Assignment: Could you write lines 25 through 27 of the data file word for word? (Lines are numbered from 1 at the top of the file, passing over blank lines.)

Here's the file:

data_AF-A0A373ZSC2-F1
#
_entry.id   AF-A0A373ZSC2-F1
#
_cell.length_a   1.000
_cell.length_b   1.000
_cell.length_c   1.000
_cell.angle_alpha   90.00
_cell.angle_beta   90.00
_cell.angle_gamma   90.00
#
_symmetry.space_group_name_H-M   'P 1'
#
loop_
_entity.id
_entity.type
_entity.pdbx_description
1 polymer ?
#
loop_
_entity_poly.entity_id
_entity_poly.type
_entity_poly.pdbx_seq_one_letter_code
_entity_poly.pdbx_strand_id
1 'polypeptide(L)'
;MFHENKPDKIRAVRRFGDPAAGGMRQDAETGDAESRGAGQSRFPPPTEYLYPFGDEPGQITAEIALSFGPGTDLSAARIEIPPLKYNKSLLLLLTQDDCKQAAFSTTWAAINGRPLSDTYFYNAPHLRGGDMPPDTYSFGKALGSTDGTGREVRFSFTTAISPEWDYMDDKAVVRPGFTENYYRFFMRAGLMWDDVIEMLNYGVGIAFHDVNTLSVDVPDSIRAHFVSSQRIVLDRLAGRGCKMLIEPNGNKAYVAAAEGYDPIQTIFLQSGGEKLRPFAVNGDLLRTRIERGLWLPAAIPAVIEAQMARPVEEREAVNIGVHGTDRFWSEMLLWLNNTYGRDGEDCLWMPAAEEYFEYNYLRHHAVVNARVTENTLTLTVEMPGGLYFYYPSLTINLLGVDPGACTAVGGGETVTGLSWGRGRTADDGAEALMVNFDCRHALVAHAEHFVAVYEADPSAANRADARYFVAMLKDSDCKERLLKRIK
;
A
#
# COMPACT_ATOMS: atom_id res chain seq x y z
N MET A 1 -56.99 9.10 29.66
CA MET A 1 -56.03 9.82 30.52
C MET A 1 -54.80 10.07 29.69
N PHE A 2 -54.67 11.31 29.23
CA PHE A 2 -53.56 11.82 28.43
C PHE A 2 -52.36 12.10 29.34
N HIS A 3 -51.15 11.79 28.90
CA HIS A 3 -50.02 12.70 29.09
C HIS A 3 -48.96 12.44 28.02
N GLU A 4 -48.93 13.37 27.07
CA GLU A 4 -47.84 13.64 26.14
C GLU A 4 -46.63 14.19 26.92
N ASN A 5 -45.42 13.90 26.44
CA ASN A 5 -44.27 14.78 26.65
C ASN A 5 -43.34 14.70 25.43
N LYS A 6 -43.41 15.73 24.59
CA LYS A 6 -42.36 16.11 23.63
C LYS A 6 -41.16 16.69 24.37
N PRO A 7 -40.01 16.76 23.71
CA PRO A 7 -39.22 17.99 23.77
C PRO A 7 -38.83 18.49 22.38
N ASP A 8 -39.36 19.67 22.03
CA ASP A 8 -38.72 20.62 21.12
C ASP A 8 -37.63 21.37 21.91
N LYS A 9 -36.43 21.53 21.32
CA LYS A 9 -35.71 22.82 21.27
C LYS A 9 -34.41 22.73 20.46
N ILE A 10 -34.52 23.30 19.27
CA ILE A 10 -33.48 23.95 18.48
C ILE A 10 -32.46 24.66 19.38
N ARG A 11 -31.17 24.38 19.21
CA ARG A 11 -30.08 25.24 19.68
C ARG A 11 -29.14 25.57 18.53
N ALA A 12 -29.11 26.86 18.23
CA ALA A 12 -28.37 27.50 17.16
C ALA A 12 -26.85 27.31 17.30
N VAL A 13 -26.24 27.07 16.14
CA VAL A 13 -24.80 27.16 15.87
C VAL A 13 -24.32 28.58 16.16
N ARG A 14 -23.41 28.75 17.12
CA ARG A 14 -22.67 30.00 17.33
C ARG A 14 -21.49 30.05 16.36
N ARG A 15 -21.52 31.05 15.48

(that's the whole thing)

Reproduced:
1 'polypeptide(L)'
;MFHENKPDKIRAVRRFGDPAAGGMRQDAETGDAESRGAGQSRFPPPTEYLYPFGDEPGQITAEIALSFGPGTDLSAARIEIPPLKYNKSLLLLLTQDDCKQAAFSTTWAAINGRPLSDTYFYNAPHLRGGDMPPDTYSFGKALGSTDGTGREVRFSFTTAISPEWDYMDDKAVVRPGFTENYYRFFMRAGLMWDDVIEMLNYGVGIAFHDVNTLSVDVPDSIRAHFVSSQRIVLDRLAGRGCKMLIEPNGNKAYVAAAEGYDPIQTIFLQSGGEKLRPFAVNGDLLRTRIERGLWLPAAIPAVIEAQMARPVEEREAVNIGVHGTDRFWSEMLLWLNNTYGRDGEDCLWMPAAEEYFEYNYLRHHAVVNARVTENTLTLTVEMPGGLYFYYPSLTINLLGVDPGACTAVGGGETVTGLSWGRGRTADDGAEALMVNFDCRHALVAHAEHFVAVYEADPSAANRADARYFVAMLKDSDCKERLLKRIK
;